1. It has been argued that the crowd instinct of mass psychology makes trends perpetuate themselves. When investors see the price of a speculative favorite going higher and higher, they want to jump on the bandwagon and join the rise.
    2. There may be unequal access to fundamental information about a company. When some favorable piece of news occurs, it is alleged that the insiders are the first to know, and they act, buying the stock and causing its price to rise.
    3. Investors often underreact initially to new information. There is some evidence that when earnings are released that beat Wall Street estimates, the stock price reacts positively but that the initial adjustment is incomplete.
  16. Fundamentalists use four basic determinants to help determine the proper value for any stock:
    1. Rule #1: Buy only companies that are expected to have above-average earnings growth for 5 or more years.
    2. Rule #2: Never pay more for a stock than its firm foundation of value.
  17. The expected growth rate. Most people don’t understand the implications of compound growth for financial decisions.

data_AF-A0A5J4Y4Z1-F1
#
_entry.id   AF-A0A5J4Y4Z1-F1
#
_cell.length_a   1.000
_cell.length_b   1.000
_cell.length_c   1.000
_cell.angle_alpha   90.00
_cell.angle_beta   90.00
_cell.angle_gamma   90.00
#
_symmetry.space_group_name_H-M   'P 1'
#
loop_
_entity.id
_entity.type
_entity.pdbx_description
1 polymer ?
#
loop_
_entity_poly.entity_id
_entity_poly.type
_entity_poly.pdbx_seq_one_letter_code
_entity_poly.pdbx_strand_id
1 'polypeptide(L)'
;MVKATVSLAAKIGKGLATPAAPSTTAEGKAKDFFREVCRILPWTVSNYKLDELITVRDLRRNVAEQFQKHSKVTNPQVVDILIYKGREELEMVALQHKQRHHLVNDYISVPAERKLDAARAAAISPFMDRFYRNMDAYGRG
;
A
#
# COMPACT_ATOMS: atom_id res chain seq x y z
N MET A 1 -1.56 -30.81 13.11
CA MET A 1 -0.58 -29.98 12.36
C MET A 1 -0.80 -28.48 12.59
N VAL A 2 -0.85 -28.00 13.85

18. The expected dividend payout. The amount of dividends you receive at each payout, as contrasted to their growth rate, is readily understandable as being an important factor in determining the stock’s price. The higher the dividend payout, other things being equal, the greater the value of the stock.
  19. The degree of risk. Risk plays an important role in the stock market, no matter what your over-eager broker tells you. There is always a risk– and that’s what makes it so fascinating. Risk also affects the valuation of a stock.
    1. Rule #3: A rational (and risk averse) investor should be willing to pay a higher price for a share, the less risky a stock is.
  20. The level of market interest rates. The stock market does not exist as a world unto itself. Investors should consider how much profit they can obtain elsewhere.
    1. Rule #4: A rational investor should be willing to pay a higher price for a share, the lower the interest rates.
  21. The four valuation rules imply that a security’s firm-foundation value (and its price-earnings multiple) will be higher the larger the company’s growth rate and the longer its duration; the larger the dividend payout for the firm, the less risky the company’s stock, and the lower the general level of interest rates.